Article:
A state audit released Thursday questions the administrative fees paid by the Independence Events Center Community Improvement District to the city of Independence and says the CID board lacked oversight related to project expenses.
The taxing district was organized in late 2007 to finance land and construction of the Independence Events Center (now Silverstein Eye Centers Arena) through bonds repaid by an extra retail sales tax. The Events Center CID is the largest CID in the state, and three of the five directors on the board are city employees. From a tax of 3/4 of 1 percent, it collected more than $5.7 million in revenues in 2016 and is to repay more than $89 million in outstanding bonds, which have been refinanced since the arena's construction.
“Special taxing districts need to be held accountable for every public dollar they collect and spend,” State Auditor Nicole Galloway said in a release, adding that her office's audit found the Events Center CID “can do more to ensure taxpayer dollars are managed wisely.”
Through an agreement signed right after the CID was established, the city provides administrative and management services. The fees for those services, based on a percentage of the sales tax, are significantly more than what other CIDs pay to private firms for similar services, the auditor said.
Since 2012, when the CID increased the sales tax rate from 1/2-cent to 3/4-cent (it is allowed to tax up to 1 percent), the fees have exceeded $100,000 annually compared to an average of $12,000 for the next 10 largest CIDs, the auditor found.
The fees, which Galloway called “excessive,” did not correspond to additional services, she said. Furthermore, they “represent a significant new revenue stream for the city that taxpayers didn't vote for” and divert revenue that could be used toward the district itself.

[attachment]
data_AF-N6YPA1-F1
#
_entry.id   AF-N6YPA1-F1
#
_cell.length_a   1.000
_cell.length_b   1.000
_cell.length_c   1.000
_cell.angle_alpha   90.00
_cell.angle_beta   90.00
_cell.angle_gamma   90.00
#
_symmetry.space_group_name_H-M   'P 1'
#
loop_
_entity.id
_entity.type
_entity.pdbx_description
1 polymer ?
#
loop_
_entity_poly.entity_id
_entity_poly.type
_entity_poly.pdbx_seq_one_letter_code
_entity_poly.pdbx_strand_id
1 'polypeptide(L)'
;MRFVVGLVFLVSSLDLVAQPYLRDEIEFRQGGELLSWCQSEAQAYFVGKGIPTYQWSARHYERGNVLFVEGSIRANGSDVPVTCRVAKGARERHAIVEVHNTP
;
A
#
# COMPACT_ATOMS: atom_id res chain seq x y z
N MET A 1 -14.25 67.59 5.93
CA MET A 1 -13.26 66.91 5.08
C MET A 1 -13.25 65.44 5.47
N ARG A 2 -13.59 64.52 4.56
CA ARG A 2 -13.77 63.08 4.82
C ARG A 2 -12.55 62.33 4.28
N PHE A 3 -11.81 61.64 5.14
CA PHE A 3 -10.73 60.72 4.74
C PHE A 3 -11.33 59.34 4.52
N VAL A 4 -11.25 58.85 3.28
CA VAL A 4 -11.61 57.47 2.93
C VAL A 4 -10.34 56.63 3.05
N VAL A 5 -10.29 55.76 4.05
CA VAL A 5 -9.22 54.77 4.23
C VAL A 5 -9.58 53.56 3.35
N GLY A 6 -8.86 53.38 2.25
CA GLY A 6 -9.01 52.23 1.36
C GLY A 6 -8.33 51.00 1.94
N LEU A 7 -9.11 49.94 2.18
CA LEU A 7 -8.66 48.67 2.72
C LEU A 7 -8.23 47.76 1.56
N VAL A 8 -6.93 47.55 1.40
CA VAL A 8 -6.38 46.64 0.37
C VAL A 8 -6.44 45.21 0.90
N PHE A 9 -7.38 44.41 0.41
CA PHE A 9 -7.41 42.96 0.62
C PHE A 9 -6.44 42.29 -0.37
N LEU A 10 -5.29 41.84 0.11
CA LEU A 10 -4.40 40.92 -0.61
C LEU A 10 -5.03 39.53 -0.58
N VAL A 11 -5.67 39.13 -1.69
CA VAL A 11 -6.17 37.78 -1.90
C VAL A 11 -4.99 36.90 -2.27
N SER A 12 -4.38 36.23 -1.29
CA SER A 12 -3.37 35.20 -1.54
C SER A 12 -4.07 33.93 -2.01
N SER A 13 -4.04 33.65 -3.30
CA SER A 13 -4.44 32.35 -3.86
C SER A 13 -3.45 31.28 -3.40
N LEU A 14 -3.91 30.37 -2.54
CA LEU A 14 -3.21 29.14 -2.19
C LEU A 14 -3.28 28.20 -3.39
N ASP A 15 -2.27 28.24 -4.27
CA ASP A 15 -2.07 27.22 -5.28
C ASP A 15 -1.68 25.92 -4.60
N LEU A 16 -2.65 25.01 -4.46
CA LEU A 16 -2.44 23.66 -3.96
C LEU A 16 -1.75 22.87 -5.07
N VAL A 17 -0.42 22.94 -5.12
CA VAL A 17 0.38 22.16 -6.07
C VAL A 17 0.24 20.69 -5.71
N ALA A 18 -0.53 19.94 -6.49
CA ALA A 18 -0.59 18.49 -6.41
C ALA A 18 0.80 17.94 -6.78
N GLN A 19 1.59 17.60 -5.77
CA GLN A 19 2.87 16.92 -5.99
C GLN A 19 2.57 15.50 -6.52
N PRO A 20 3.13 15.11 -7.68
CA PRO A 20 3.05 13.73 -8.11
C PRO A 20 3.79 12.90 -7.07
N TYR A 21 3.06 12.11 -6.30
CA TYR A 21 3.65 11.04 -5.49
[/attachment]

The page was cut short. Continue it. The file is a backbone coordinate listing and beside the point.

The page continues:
Galloway's report said the present agreement is not in the district's best interest and recommended the district competitively bid those services, to ensure fair, reasonable fees and take away the appearance of conflict of interest.
In the report, the CID board says the district's size and number of businesses -- it encompasses many businesses in the Missouri 291/39th Street area -- contribute significantly to the time needed to properly administer the district, and the board reviews the administrative fees annually to make sure they are still reasonable.
Galloway's audit says the board did not review or approve construction costs for the Events Center, which were about $67 million, but the board responded that it delegated oversight of design and construction to qualified city officials and consultants and planned to continue that.
In a prepared response to the audit, City Manager Zach Walker said the city would take the administrative fee findings “under advisement” and would review the agreement to determine if the costs are still appropriate. After the arena was completed, he said, protocols were put in place to ensure capital improvements would be approved beforehand by the board.
The city, he said, is proud of the CID's growth and economic impact over the last decade, and the board will continue to balance the business needs of the facilities and those of the taxpayers.
“We feel strongly that it is important to ensure a strong city presence in the future of this area, as it is our taxpayers who support it,” Walker said.
The audit found the board submitted budgets for fiscal years 2016 and 2017 to the city several weeks later than state law requires, something the board said it would correct.
The CID's Board of Directors is appointed by the mayor, with consent of the City Council. Board members during much of the time of the audit included:
• Assistant city manager Larry Kaufman (since replaced by Mark Randall of that same position after Kaufman retired; Randall also serves as board chairperson)
• Eric Urfer, the city's director of parks and recreation and tourism
• Angela Pyszczynski, former general manager of Independence Center, who has since resigned, leaving the board seat vacant
• Brian Watson, the city's director of finance
• Tom Thomas, representing the retailers in the district
Major retailers in the CID include Costco, Lowe's, Walmart and Sam's Club, Menards, Best Buy, Kohl's, JC Penney, Target, Macy's, Sears and Dick's Sporting Goods.
The audit did not cover the arena's day-to-day operations, which are managed by Spectra by Comcast Spectator.
Walker said the city thanks Galloway, “for both her valuable insights for continued improvements and the findings made that support our strong financial management of these resources.”